Our work in this field has looked at food supply, homeworking, eco-housing, and energy policy.
Project partners include: Rt. Hon. Hilary Benn MP, Professor Sir David King, Dr Dieter Helm, Professor Paul Ekins, Stephen Hale, Lord Rees, WWF, E.on, British Energy, Academy for Sustainable Communities, Scottish Power, and the Green Fiscal Commission.
This timely publication examines the often overlooked issue of food production and security in Britain. At the global level, population growth, economic growth in key emerging countries, changing dietary patterns, finite land availability, climate change, challenges to the availability of key resources, the energy challenge, and a slowdown in the rate of growth of food productivity all point towards the need for new thinking. We tend to think of these issues in an international context, but in a globalised world they will inevitably affect the UK. Includes chapters by Rt Hon Hilary Benn MP, Dr John Bridge, Dame Suzi Leather, and Wilfrid Legg. 2009
Can Homeworking Save the Planet? How homes can become workspace in a low carbon economy
As the authors demonstrate, working from home not only reduces the environmental costs of commuting but also the energy expended in building and fuelling office space. The potential contribution to reducing carbon emissions in this way is significant, and has arguably been overlooked for too long. Over 40% of all UK businesses are now homebased, according to BERR. Yet we are still planning our use of property as if we were still in the industrial age, designing-in unsustainable working practices for decades to come. A fundamental rethink amongst policy makers is necessary, the authors argue, in order to realise the full benefits of a low carbon economy. Includes chapters by Tim Dwelly, Kate Barker, David Cowans, Richard Simmons, Stephen Glaister, and Dennis Pamlin. 2008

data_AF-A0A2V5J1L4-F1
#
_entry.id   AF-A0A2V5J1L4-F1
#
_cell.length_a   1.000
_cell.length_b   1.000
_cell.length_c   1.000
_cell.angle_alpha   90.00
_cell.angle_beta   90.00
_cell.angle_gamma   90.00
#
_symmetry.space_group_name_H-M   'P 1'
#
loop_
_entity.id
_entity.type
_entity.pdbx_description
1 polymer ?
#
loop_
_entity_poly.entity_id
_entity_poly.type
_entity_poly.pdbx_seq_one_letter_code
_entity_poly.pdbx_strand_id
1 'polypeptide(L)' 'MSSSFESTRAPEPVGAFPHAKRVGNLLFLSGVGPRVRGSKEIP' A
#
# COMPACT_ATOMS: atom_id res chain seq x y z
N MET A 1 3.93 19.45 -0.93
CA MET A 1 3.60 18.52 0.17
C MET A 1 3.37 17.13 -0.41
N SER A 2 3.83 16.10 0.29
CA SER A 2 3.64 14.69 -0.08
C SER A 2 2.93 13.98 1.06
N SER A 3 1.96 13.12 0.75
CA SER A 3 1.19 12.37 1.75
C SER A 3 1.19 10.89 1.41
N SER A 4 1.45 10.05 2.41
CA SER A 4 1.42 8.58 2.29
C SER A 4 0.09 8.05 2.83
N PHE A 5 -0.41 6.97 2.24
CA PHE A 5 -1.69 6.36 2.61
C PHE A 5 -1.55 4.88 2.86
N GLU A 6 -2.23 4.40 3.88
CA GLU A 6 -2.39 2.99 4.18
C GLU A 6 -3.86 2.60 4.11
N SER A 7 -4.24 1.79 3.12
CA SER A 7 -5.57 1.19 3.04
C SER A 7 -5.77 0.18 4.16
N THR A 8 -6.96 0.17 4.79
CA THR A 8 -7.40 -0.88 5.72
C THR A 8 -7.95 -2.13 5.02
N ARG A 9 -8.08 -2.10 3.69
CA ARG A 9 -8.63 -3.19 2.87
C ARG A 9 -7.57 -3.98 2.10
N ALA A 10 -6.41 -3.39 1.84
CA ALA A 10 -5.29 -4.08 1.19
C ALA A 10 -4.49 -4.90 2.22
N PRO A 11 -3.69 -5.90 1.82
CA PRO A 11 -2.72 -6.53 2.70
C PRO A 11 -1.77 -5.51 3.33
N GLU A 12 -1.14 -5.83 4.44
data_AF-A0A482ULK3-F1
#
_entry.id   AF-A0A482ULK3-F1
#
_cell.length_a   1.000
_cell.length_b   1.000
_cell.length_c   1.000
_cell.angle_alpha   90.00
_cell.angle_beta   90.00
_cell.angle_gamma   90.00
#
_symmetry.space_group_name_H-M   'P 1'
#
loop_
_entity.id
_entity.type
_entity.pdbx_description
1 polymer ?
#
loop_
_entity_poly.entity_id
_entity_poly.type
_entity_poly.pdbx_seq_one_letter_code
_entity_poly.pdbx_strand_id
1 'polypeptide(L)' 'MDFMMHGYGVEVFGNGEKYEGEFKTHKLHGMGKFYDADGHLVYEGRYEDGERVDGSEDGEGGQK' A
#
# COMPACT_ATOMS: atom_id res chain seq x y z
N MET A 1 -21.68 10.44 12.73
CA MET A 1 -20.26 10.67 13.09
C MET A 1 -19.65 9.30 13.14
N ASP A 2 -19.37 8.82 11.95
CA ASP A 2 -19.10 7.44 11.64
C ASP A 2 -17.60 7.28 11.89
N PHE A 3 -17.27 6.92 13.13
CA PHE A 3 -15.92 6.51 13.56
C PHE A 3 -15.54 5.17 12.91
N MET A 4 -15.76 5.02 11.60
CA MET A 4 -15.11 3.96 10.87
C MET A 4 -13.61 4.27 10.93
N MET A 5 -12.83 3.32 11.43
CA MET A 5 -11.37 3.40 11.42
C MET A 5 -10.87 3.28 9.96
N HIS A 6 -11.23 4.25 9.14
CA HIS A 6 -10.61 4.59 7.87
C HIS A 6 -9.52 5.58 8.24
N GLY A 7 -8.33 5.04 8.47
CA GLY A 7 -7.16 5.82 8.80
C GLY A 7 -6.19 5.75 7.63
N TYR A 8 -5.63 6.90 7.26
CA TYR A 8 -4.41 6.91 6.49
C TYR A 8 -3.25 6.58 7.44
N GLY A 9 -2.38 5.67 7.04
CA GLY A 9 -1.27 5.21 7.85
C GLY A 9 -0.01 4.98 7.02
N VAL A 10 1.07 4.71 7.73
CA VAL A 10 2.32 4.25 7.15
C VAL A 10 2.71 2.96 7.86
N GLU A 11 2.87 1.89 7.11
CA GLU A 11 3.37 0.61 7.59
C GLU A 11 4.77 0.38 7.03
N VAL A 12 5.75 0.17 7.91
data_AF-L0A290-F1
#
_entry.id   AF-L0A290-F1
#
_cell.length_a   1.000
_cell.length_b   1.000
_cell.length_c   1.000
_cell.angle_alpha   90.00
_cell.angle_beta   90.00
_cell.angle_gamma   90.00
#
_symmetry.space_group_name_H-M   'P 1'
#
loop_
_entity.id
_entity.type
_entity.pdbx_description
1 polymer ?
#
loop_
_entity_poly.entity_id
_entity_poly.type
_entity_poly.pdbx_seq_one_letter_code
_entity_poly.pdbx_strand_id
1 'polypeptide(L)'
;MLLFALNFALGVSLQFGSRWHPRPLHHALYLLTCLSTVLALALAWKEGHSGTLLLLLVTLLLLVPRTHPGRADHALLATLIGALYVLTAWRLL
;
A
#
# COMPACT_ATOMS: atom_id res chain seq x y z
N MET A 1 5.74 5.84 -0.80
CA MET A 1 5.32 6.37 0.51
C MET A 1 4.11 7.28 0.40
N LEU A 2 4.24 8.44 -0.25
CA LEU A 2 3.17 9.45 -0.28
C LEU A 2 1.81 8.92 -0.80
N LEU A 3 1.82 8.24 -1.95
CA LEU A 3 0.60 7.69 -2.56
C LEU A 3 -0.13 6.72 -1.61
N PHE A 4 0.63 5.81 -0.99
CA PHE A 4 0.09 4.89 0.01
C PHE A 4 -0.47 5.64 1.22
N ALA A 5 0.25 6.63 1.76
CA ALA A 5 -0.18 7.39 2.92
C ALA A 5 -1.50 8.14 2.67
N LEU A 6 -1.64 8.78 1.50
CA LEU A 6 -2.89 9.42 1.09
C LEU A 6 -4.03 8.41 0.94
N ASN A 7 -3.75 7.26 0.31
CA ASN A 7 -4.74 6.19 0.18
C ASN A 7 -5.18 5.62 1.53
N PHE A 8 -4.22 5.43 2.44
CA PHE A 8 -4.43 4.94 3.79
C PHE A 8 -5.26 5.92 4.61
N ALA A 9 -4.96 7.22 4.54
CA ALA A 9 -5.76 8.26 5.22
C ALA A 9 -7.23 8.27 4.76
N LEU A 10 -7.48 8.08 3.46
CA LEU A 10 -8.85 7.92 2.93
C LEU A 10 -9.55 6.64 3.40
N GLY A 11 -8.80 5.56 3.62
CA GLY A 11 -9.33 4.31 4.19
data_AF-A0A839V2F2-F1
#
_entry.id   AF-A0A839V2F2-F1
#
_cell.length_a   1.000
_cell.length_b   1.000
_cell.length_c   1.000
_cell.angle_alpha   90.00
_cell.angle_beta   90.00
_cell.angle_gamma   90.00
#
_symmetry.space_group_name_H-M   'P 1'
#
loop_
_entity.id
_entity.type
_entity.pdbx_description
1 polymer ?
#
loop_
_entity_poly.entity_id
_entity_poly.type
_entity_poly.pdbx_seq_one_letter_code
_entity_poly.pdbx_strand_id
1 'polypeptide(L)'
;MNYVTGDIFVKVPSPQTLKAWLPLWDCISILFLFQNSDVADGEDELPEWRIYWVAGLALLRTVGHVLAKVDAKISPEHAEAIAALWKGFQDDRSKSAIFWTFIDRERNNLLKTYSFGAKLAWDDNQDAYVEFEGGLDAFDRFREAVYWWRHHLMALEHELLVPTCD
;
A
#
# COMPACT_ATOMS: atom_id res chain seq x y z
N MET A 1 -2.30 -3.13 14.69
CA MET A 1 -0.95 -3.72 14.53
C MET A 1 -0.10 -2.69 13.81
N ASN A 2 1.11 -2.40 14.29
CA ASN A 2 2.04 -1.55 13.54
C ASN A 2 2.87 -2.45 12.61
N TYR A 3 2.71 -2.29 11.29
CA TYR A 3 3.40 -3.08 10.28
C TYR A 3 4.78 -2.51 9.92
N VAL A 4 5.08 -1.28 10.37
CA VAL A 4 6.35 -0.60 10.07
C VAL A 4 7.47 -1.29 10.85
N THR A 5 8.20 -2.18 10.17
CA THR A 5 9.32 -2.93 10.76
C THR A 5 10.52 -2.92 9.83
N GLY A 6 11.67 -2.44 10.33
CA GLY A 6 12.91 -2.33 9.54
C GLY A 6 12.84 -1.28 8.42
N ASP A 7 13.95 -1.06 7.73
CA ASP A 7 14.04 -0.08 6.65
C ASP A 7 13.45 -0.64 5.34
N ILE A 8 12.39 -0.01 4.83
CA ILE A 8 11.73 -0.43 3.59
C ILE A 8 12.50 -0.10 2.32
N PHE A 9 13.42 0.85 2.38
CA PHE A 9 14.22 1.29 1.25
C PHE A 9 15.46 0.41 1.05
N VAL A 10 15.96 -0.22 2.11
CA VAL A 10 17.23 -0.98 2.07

The Green Shift: Environmental policies to match a changing public climate
This collection comprises essays by key scientists, economists, politicians, senior civil servants, and experts in the fields of international development, planning and regeneration, and the energy industry. The central thesis running through these contributions is that ‘post industrial’ countries are witnessing a change in public opinion in favour of a ‘green shift’. In harnessing and maintaining this momentum, the challenge for government is to ensure that action to tackle climate change becomes a spur to economic growth and stability, rather than at its expense. The contributors consider the policies and mechanisms that will be necessary if we are to reduce substantially Britain’s own contribution to our changing climate. Includes chapters by Rt. Hon. Gordon Brown MP, Rt. Hon David Miliband MP, Professor Sir David King, Dr Dieter Helm, Peter Ainsworth MP, Chris Huhne MP, and Dr Keith Allott. 2006
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